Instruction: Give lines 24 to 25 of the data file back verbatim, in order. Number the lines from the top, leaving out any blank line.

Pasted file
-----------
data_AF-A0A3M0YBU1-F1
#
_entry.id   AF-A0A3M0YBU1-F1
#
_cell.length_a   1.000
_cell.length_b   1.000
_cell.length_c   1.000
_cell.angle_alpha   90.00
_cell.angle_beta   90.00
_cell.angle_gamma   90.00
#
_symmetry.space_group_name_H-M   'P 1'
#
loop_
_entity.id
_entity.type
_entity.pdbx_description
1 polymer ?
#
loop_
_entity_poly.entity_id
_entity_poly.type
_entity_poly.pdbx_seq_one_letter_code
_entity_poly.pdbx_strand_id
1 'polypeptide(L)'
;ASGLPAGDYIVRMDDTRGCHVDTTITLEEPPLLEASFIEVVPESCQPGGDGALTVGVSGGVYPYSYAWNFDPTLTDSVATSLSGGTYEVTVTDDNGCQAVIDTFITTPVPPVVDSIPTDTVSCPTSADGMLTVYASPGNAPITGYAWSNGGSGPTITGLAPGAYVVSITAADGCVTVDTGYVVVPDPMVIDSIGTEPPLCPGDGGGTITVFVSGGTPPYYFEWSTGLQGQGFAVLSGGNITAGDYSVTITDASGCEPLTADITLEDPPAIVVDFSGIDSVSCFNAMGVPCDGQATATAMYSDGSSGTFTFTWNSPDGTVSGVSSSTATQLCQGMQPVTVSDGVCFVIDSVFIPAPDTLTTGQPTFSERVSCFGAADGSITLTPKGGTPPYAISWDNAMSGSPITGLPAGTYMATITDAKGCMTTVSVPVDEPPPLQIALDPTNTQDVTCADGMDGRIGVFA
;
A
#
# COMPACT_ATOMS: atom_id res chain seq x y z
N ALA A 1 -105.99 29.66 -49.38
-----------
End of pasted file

_entity_poly.pdbx_strand_id
1 'polypeptide(L)'